Xix13 writes:

One of the problems anybody doing Marvel or DC MMOs will face is the fact that CoH/CoV was done so well.  And unlike the fantasy genre, I don't think the comic book superheroes audience is large enough to support multiple MMOs.  So I think that anybody planning any kind of superheroes title will be doomed.  However, if you've bought the license before CoH/CoV came out, you're REALLY behind the 8-ball, and I think most of these maneuvers are just trying to recoup what are now obviously bad decisions.

If you're gonna buy an IP, make sure it's got a large enough audience to support multiples, and if there's already a successful niche game, DON'T buy the IP!

Wed Nov 14 2007 8:03AM Report
UnSub writes:

Everything starts as a niche with a very particular audience. Over time the three options for such niches are grow, stagnate or die.

I think that a superhero MMO could attract a lot of new people to it (CoH allegedly did) but the issue is how to make the player feel super in a world where everyone is.

Regardless, we'll know soon enough if the rumour was accurate, someone putting 2 + 2 and getting 5 or some part of a larger, vaguely wacky PR campaign.

Wed Nov 14 2007 8:29AM Report
Hexxeity writes:

I've never thought Cryptic was a good choice for this IP.  Much as I love CoH, I fully recognize that their storytelling skills are extremely lacking, as is their commitment to creating worthwhile content.  CoH's strengths are in character customization and combat.  Their ability to make an overall fun experience has yet to be proved.

I hate to say it, but maybe SOE should take a crack at it.  We've seen them take a number of severely lackluster titles and polish them up to a passable experience.  Maybe a good superhero title would be just the thing to round out their fantasy-heavy stable of MMOs.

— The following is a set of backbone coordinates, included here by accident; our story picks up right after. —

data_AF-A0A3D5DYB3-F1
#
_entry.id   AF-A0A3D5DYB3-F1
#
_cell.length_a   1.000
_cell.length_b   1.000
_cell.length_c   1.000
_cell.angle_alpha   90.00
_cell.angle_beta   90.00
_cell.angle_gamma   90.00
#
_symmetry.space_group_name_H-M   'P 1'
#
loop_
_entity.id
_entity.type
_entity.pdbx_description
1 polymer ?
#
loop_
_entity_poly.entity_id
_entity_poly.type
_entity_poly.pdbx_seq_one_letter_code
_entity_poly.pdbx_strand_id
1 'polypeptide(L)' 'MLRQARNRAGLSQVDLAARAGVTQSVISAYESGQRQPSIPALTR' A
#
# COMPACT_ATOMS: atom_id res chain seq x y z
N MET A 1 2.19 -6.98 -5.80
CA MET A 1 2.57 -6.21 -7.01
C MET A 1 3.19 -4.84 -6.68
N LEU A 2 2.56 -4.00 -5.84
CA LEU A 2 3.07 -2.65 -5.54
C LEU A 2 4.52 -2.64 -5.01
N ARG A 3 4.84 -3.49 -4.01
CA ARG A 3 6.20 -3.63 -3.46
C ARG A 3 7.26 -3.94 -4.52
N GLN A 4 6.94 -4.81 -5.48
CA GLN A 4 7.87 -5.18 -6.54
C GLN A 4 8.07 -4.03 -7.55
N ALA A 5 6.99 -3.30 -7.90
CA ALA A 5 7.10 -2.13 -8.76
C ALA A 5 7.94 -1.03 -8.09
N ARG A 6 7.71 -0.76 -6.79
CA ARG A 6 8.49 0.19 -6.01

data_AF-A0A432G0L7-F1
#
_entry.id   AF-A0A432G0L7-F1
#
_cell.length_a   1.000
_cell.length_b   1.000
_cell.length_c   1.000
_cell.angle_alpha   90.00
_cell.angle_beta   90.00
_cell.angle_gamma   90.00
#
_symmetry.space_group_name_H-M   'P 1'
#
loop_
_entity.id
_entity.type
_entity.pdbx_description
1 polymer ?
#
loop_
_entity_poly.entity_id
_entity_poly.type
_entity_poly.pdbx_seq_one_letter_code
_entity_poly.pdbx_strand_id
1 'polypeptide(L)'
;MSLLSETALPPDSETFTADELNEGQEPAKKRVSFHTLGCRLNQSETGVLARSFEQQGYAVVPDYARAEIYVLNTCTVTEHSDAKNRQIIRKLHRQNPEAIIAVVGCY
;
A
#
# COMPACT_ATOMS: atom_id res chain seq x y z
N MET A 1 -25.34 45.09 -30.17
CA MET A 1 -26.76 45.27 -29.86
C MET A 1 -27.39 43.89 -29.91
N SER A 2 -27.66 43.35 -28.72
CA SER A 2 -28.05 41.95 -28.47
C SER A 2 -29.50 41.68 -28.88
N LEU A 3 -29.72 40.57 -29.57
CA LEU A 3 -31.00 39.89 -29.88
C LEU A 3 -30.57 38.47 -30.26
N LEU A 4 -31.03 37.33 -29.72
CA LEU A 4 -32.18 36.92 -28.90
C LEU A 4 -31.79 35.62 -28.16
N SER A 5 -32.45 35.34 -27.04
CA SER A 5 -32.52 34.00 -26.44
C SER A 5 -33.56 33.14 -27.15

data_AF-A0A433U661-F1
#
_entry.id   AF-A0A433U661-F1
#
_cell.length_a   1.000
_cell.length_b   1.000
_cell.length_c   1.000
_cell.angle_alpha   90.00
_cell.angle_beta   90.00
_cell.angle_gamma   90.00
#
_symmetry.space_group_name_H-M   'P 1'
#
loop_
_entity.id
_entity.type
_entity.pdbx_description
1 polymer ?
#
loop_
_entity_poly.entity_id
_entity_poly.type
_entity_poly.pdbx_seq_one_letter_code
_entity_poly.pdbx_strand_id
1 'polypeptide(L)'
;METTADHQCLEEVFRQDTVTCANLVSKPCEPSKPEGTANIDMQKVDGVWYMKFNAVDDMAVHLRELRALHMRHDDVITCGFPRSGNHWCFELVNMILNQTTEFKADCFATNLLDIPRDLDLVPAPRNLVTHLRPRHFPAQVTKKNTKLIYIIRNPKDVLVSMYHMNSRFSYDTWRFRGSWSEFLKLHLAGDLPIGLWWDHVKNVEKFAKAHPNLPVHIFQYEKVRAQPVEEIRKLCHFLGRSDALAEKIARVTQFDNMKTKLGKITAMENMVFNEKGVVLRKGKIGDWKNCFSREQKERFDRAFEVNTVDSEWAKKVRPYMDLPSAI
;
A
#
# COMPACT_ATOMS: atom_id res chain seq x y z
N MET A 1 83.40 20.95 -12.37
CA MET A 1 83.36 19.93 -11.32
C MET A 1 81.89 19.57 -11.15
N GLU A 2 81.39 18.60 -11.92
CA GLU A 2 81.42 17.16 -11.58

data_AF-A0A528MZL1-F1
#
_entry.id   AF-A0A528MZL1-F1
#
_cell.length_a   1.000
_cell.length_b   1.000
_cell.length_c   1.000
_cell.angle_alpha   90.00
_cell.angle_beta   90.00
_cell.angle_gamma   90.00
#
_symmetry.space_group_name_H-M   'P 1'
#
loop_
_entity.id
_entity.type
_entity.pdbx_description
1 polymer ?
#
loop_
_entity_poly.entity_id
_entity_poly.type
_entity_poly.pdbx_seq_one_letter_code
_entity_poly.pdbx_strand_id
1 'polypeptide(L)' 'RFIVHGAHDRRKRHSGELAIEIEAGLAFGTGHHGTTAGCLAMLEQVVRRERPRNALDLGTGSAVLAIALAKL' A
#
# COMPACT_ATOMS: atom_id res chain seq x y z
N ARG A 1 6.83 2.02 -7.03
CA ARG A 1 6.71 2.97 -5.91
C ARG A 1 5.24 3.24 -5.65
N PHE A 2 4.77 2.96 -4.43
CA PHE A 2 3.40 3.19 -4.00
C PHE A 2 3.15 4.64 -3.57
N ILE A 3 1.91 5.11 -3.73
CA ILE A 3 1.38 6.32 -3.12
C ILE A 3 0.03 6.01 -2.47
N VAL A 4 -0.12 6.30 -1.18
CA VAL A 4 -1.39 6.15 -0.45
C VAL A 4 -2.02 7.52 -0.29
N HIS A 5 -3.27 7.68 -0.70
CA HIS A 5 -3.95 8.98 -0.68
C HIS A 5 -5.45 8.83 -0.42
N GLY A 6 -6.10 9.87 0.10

If only someone could convince them to MOVE AWAY FROM THE BLOODY AUTO-ATTACK.

Wed Nov 14 2007 11:23AM Report
Sturmrabe writes:

I both agree and disagree with Hexx and Xix: yes they do need to move away from autoattack, but no there is never ever EVER any ANY reason to go to SOE or Turdbind with any IP EVER...

As to Xix: CoH's char creation set a bar that as far as I've seen only AoC is coming close to touching... but the game lacks content and long term immersion. Though I would not act like CoH is unassailable, in fact just the opposite, while I agree that there is little room for 2 superhero MMO's, a well done Marvel MMO would be the CoH killer... or DC (but superman is such a sucky cornball I've always been a Marvel Zombie, Iron Man in 08 baby, 'nuff said)

Wed Nov 14 2007 12:32PM Report
Shohadaku writes:

Cryptic sold City of Heroes to NCsoft. I would not say Marvel is cancelled.

Wed Nov 14 2007 10:23PM Report
Anofalye writes:

Maybe Cryptic sold CoH in order to focus on Marvel?  You see, it is easier to focus on 1 super hero game at the moment.  Imagine that the peoples next to you work on a similar project, but not the same, and that the new programmer is helping 1 team, then the other, then back to the first...this could lead to many mistakes...and tons of confusion.  If you have a good you apply it to Issue 15 or to Marvel?  These questions won't happen anymore with the split.


At any rate, I will try whatever MMOs Cryptic launches...will I play it long is another topic.

Wed Nov 14 2007 10:48PM Report
Amarsir writes: Well they were already separate teams at Cryptic. But I think it likely that NCSoft, a company with reasonably good business sense, saw that things were looking weird over there and decided to cut off the part where they had stakes. On the other hand, 1up doesn't really have much evidence. And by "much," I mean "any." All they have is the fact that no one has reminded us about it recently. Considering that we don't know anything Cryptic is working on, there really isn't a basis to say they aren't developing Marvel Online at full pace. That said, there is all that history as Unsub blogged for us. And do not forget, Emmert is a *very* inexperienced designer. He did bring out some creative elements, but his education is in Greek History. (Seriously.) It's no stretch to imagine his ideas being at odds with a tech-saturated, by-the-book Microsoft. Thu Nov 15 2007 2:52AM Report
Hexxeity writes:

There aren't a hell of a lot of *experienced* MMO designers out there.  Experienced game designers, yes, but that doesn't always translate into being a good MMO designer.